To a skeptical world, it was announced in 1995, through the publication of a book called the Melatonin Miracle, that the center of the brain contains an aging clock, the pineal gland, which through its messenger, authors Professor Pierpaoli and Dr. Regelson suggested that aging is a precise, genetically-determined and species-dependent neuroendocrine program in the pineal network – namely in the neural structures of the brain and the peripheral nervous system – that regulates the circadian synchronized, rhythmic and oscillatory synthesis nd secretion of all hormones, neuropeptides and any other endogenous molecules. Backed by the results of abundant research on mice, whose pathology and biorhythms mirror our own, the authors claimed in effect to have found the key of life – not ‘ life eternal ’, but life enjoyed considerably beyond our allotted threescore and ten and, crucially, in vigorous good health, free of the diseases associated with aging. So sure were they of their findings that they found many willing volunteers to prove their theory. One such person, was Pierpaoli’s 80 year old mother-in-law, then suffering from Parkinson’s disease. Now 103 she has long been completely cured, is in sterling health and remains a darling of the Italian / Swiss media.
Initially, in some quarters, there was scepticism, even hostility to their hypothesis, but in the intervening years numerous studies have confirmed many of their findings as well as shed ever more extensive light on the role of the pineal gland and melatonin. Indeed at the 2010 Stromboli Conference on Aging and Cancer in Italy, one in six eminent speakers from around the world concentrated their presentations on the pineal gland and / or melatonin, an extraordinary ratio given the sheer breadth of anti-aging science.
‘Shed light’ is an apt term as the pineal gland, a pea-sized structure at the center of the brain, that works with the hypothalamus gland to control our sleep/wake cycles. Day/night signals are received by the pineal via the retina along a pathway known as retinohypothalamic tract. At night, in darkness, the pineal gland produces melatonin, which causes heart rate to slow and body temperature to drop – physiological conditions that allow for deep restful sleep. As we age, the amount of melatonin produced by the pineal lessens, resulting in sleep disturbances. However, it might be said this is the least of our problems. like a conductor of an orchestra, the pineal, through its baton melatonin, regulates all the other hormone regulators – the pituitary, the thymus, the thyroid, etc. As the pineal conductor ages, the messages get feebler and confused; eventually they are non-existent. This signals to the orchestra to eventually stop playing. As our immune system is under the control of hormones this is nothing less than disastrous. Thus as we wind down reproductively (andropause and menopause) so does our immune system, paving the way for senescence and the gate crashing diseases of aging.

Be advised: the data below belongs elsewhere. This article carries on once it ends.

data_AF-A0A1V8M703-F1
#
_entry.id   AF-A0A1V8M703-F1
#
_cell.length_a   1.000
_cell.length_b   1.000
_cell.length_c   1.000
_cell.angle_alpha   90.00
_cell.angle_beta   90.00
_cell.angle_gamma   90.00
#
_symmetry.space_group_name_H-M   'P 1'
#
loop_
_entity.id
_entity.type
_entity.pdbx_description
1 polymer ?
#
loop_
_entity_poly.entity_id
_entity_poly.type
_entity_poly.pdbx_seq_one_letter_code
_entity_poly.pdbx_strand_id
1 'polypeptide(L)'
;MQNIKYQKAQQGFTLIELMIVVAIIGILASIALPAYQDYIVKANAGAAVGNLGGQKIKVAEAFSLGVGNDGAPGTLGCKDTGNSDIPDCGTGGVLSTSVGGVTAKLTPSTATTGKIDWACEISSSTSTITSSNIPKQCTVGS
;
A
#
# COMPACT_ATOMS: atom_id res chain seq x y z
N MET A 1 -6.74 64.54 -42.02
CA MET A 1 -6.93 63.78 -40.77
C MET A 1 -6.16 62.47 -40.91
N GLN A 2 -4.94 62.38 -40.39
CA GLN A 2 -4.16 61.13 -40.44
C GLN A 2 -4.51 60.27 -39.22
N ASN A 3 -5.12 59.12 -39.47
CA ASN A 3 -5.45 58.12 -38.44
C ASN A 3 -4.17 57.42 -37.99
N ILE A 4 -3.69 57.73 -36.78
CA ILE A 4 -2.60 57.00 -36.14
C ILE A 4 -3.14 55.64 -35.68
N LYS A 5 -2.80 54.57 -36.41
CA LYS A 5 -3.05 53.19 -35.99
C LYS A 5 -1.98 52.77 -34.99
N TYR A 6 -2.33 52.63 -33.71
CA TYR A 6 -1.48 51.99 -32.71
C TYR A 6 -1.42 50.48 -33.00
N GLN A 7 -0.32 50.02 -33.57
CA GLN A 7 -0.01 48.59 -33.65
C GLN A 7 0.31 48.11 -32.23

Turning this scenario on it head, if the pineal does not age, we cannot possibly age. Or at least the aging process will never again be as we have seen and experienced it until now . under such conditions of perfect immunological and hormonal balance we would be disease-free. This does not mean that all diseases can be cured with melatonin, but they can be largely prevented. And if unfortunately they have appeared, melatonin taken before bedtime can reset the central clock, and hence delay and even arrest the course of the disease, be it a neurodegenerative disease such as Parkinson or multiple sclerosis, or cardiovascular diseases and cancer. To Pierpaoli and others, this holistic concept of medicine has now found its biological evidence.
Melatonin cannot be considered a classic hormone, although it is so named. It does not possess any of the qualities of the classic hormones like growth hormone, cortisol, oestrogens, thyroid hormones, etc. nor is it a drug and it is not itself a cure for any disease. Melatonin is ubiquitous in nature, cells, plants, animals, tissues and any living organisms. Milk, vegetables, cereals, rice, meat, etc., contain variable amounts of melatonin. In nature, ubiquity denotes significant importance.
Supplemental melatonin could be theoretically replaced by...